284. Development and validation of a multiplex PCR assay for rapid diagnosis of ventriculostomy-related infections
Session: Poster Abstract Session: Diagnostic Microbiology; Novel Molecular Methods
Thursday, October 3, 2013
Room: The Moscone Center: Poster Hall C
  • VRI poster IDWeek Final.pdf (529.0 kB)
  • Background:

    Diagnosis of ventriculostomy-related infections (VRIs) can be challenging and is based upon interpretation of clinical and cerebrospinal fluid (CSF) parameters. We developed and validated a multiplex MassTag polymerase chain reaction (PCR) assay for the rapid diagnosis of VRIs utilizing organism-specific primers. 


    A 13-plex MassTag PCR panel was developed targeting the most common pathogens causing VRIs at our institution, as identified in a retrospective review of culture-positive ventricular device (VD) CSF specimens between 2001-2006. The panel was optimized using cloned template standards and spiked samples. The level of detection ranged from 102-104 organisms per mL. The MassTag panel was evaluated on serially collected CSF specimens sent to the clinical microbiology laboratory. A retrospective review was performed to determine CSF and clinical parameters. VD patients were grouped into (1) definite VRI, (2) possible VRI, or (3) no VRI; while non-VD patients were grouped into (1) definite central nervous system (CNS) infection, (2) possible CNS infection, or (3) no CNS infection. Contamination or colonization was defined as organism detection in a patient with no VRI or no CNS infection.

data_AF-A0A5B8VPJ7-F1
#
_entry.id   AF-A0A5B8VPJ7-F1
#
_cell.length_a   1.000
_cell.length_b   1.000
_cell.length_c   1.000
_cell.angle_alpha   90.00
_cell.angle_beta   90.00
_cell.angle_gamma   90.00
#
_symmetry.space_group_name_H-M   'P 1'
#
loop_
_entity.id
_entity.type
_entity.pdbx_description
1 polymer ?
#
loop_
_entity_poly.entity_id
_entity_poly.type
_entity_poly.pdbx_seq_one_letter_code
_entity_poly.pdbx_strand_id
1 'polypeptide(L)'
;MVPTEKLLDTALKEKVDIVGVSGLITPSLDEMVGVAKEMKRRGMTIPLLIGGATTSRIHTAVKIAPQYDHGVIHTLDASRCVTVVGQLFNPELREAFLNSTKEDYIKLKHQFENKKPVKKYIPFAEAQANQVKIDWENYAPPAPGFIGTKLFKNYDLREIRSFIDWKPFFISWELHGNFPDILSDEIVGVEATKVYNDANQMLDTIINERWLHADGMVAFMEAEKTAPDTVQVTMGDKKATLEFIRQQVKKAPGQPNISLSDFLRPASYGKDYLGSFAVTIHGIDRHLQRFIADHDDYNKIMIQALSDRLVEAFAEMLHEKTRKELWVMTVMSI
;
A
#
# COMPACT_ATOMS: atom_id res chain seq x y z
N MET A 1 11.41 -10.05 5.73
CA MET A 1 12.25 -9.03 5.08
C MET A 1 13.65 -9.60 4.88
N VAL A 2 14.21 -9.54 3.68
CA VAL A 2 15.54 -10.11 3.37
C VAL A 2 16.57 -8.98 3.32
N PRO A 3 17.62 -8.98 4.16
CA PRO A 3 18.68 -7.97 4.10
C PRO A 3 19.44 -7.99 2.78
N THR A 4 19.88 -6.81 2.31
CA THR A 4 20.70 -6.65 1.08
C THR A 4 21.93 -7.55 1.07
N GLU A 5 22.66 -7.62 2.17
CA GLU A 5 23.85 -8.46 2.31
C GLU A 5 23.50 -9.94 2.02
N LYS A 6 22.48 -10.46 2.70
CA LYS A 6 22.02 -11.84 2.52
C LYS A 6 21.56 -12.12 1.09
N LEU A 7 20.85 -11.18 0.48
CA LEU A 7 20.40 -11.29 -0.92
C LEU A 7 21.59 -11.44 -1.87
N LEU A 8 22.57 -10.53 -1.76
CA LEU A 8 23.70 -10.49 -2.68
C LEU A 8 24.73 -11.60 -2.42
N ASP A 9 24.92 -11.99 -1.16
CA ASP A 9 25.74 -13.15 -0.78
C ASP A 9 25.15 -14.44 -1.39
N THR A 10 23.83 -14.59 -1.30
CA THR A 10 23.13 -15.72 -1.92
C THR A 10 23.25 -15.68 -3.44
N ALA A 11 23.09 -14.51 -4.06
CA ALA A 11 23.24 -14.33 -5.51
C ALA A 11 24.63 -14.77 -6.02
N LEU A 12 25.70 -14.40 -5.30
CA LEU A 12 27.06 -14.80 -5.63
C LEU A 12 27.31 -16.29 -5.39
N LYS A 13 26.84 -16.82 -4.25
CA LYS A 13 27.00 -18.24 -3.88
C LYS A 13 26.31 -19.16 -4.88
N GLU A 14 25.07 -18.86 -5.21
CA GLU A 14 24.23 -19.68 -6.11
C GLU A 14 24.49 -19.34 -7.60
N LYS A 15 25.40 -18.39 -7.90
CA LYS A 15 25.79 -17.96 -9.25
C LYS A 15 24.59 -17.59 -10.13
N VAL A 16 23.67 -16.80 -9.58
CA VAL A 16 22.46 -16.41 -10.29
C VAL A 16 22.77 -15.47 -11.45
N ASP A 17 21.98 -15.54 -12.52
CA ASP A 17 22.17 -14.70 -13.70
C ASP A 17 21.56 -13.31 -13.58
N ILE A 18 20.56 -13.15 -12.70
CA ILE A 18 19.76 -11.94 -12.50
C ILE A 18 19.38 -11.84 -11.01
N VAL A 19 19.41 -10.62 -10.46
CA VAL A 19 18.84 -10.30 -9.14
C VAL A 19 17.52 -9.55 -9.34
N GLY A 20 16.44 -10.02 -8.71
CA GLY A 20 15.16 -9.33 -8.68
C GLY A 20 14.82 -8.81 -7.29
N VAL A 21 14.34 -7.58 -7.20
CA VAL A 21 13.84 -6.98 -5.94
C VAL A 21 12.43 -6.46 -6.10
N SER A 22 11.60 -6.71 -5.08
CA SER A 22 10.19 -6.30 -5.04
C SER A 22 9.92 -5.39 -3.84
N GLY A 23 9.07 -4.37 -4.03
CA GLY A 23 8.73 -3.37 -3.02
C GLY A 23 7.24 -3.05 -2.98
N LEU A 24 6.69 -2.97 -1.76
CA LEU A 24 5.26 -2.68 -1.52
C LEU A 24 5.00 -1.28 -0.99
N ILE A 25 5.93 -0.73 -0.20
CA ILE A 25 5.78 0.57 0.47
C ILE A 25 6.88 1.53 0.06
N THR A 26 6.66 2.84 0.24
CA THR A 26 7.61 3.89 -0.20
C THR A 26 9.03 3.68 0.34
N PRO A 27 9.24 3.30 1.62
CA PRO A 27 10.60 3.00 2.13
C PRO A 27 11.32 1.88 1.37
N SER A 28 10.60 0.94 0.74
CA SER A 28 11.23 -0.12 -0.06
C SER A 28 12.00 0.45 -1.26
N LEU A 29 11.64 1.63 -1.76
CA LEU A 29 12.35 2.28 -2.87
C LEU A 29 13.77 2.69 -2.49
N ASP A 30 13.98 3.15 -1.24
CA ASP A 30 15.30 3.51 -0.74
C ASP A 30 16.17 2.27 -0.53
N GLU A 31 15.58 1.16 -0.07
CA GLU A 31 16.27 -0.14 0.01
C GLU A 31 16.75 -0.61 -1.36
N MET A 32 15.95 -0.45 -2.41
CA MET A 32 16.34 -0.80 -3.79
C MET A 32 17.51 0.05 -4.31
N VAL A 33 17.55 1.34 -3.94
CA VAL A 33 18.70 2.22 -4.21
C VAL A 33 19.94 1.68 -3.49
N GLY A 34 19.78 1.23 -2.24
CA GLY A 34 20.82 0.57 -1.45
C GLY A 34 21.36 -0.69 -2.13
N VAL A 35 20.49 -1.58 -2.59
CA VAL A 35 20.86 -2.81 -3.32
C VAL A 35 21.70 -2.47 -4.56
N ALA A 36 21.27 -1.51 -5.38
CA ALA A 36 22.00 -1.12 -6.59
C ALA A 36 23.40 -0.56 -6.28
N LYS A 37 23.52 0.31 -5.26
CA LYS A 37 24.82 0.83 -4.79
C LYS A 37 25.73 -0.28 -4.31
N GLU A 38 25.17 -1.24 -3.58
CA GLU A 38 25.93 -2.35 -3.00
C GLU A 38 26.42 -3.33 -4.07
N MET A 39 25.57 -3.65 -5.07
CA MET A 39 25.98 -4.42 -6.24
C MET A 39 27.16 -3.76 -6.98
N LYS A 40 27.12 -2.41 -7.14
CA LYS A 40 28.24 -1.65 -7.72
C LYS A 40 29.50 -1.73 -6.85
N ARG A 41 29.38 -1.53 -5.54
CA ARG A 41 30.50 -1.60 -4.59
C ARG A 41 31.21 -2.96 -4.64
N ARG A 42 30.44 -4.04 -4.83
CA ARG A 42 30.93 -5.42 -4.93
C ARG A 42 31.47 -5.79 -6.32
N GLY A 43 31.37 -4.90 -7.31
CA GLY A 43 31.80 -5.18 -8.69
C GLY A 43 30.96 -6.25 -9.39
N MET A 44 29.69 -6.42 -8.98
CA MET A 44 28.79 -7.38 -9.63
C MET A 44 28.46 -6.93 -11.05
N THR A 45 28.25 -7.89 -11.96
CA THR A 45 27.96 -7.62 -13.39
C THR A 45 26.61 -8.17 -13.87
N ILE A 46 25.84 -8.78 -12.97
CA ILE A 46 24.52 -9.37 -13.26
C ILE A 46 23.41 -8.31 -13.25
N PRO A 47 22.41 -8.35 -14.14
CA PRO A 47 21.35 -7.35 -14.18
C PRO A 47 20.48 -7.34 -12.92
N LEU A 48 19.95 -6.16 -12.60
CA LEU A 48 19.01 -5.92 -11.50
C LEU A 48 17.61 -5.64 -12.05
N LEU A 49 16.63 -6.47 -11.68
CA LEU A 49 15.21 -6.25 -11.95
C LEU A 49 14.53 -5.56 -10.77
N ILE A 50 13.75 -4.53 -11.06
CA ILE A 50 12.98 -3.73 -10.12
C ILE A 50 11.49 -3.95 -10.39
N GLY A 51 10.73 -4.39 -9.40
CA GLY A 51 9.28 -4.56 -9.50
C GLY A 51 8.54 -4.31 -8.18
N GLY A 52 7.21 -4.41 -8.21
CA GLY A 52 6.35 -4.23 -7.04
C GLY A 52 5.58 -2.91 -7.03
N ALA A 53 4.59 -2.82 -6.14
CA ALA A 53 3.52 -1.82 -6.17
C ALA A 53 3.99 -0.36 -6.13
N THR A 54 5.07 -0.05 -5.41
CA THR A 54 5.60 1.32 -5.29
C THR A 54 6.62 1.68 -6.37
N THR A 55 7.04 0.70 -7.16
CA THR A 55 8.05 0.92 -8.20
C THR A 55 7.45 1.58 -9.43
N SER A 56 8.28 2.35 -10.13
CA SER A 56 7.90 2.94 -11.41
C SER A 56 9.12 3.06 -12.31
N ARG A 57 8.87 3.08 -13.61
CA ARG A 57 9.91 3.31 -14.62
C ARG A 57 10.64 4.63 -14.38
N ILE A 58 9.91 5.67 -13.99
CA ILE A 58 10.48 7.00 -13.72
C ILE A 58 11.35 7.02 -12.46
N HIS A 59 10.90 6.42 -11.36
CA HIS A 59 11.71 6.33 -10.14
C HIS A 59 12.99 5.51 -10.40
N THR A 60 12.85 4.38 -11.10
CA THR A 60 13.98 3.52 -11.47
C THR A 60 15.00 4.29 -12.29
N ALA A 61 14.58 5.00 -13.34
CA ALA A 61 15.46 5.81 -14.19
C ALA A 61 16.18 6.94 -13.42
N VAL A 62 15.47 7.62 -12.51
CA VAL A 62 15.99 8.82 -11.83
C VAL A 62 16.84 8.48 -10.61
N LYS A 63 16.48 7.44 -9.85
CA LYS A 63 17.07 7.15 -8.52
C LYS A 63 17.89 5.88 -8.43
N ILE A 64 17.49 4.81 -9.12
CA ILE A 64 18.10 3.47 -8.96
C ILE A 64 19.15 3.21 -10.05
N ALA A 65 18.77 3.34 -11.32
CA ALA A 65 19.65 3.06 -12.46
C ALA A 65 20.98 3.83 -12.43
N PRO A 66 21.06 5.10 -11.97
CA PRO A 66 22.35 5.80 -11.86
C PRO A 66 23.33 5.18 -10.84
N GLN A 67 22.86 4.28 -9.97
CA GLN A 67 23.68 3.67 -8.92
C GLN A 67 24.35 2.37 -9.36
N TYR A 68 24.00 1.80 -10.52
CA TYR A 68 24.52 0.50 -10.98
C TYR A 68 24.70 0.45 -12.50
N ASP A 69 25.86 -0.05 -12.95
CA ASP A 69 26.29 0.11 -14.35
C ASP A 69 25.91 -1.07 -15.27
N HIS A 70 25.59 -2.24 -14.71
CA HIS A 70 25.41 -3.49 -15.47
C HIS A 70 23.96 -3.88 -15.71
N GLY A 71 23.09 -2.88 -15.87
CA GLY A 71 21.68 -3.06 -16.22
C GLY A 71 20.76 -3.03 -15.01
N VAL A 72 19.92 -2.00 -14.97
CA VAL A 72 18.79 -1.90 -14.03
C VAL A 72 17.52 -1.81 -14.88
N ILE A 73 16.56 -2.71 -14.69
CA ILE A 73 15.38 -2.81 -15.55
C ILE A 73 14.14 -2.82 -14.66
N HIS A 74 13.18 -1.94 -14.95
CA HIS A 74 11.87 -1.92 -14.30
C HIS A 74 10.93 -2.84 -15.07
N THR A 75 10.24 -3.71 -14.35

CSF from 128 subjects were analyzed: 49 with a VD (median age 43 years; interquartile range [IQR] 30-62 years; males 49%), and 79 without a VD (median age 45 years; IQR 21-59 years; males 49%). Among subjects with a definite VRI or CNS infection due to a pathogen on the MassTag panel, the pathogen was identified in all cases (9/9). Among subjects with a possible VRI, the MassTag panel detected >1 pathogen in 33% of samples. Among subjects with no VRI or no VD and no CNS infection, an organism, mostly gram-positive bacteria was detected in 32% and 11%, respectively, representing either contamination or VD colonization. 


    The VRI MassTag panel performed well in definite VRI and CNS infection and detected potential pathogens in possible VRI cases. However, the false positive rate with Staphylococcus and Enterococcus species necessitates the need for further confirmatory testing if these organisms are detected. Nonetheless, the negative predictive value for gram-negative bacteria suggests that empiric antibiotics can be narrowed if no gram-negative bacteria are detected.

    Claire Gordon1,2, Rafal Tokarz3, Thomas Briese, PhD3, Susan Whittier, PhD4, Jayesh Shah1 and Michael Yin, MD5, (1)Division of Infectious Diseases, Department of Medicine, Columbia University Medical Center, New York, NY, (2)Department of Medicine, University of Melbourne, Heidelberg, Australia, (3)Center for Infection and Immunity, Mailman School of Public Health, Columbia University Medical Center, New York, NY, (4)Clinical Microbiology Service, New York Presbyterian Hospital, New York, NY, (5)Columbia University, New York, NY


    C. Gordon, None

    R. Tokarz, None

    T. Briese, None

    S. Whittier, None

    J. Shah, None

    M. Yin, None

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